In today’s NYT, Dan Levin has an interesting story about how Jeremy Blake’s unfinished art work was pieced together for the show at the Corcoran:
Jonathan P. Binstock, the curator of the Corcoran exhibition, and Lance Kinz, a director of Kinz, Tillou & Feigen, decided to incorporate “Glitterbest” into their exhibitions in its incomplete state out of deference to Mr. Blake, who had approved inclusion of some of the images in the Corcoran exhibition catalog and advance announcements for the New York show. They hoped the unfinished work would give viewers insight into his creative process and provide a glimmer of what the video might have become.
It would be uncharitable–accurate, but uncharitable–to suggest that Blake’s indebtness to his dealer may have been a compelling reason for that dealer to want as much material as possible in the show.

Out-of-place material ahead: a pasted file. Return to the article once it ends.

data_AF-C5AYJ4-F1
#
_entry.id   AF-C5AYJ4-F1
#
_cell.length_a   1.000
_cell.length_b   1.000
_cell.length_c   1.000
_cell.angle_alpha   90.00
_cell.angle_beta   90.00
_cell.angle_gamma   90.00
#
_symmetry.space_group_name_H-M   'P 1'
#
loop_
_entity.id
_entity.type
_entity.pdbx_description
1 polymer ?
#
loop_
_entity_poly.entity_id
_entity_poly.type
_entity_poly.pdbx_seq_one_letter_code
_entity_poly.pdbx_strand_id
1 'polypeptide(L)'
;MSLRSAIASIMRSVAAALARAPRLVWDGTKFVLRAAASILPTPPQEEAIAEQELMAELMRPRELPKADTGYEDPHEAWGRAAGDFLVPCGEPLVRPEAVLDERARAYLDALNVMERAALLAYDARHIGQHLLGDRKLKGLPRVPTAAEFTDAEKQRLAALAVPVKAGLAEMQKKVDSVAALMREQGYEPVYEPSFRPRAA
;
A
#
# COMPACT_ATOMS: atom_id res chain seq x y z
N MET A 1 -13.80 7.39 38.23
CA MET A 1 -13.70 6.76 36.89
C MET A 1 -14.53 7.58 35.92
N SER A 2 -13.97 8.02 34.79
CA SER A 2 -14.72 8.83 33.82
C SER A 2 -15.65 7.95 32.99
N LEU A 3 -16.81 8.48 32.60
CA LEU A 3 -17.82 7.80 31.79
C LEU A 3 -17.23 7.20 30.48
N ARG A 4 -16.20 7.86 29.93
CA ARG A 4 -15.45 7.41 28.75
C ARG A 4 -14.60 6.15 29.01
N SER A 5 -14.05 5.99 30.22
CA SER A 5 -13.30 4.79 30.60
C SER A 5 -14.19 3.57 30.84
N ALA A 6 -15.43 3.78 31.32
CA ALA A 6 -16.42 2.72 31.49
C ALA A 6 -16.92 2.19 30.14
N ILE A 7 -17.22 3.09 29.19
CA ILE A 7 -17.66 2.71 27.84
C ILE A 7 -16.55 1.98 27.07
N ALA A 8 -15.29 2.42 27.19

David Sigal, who’s described as “a documentary filmmaker and videographer” was recruited to finesse the files into some sort of order. Sigal also turned to the internet to try to get some sense of Blake’s last days and found the slough of conspiracy sites, which must have been wrenching.
Alas, there’s no reaction from the not-known-for-his -reticence Malcolm McLaren about the finished portrait.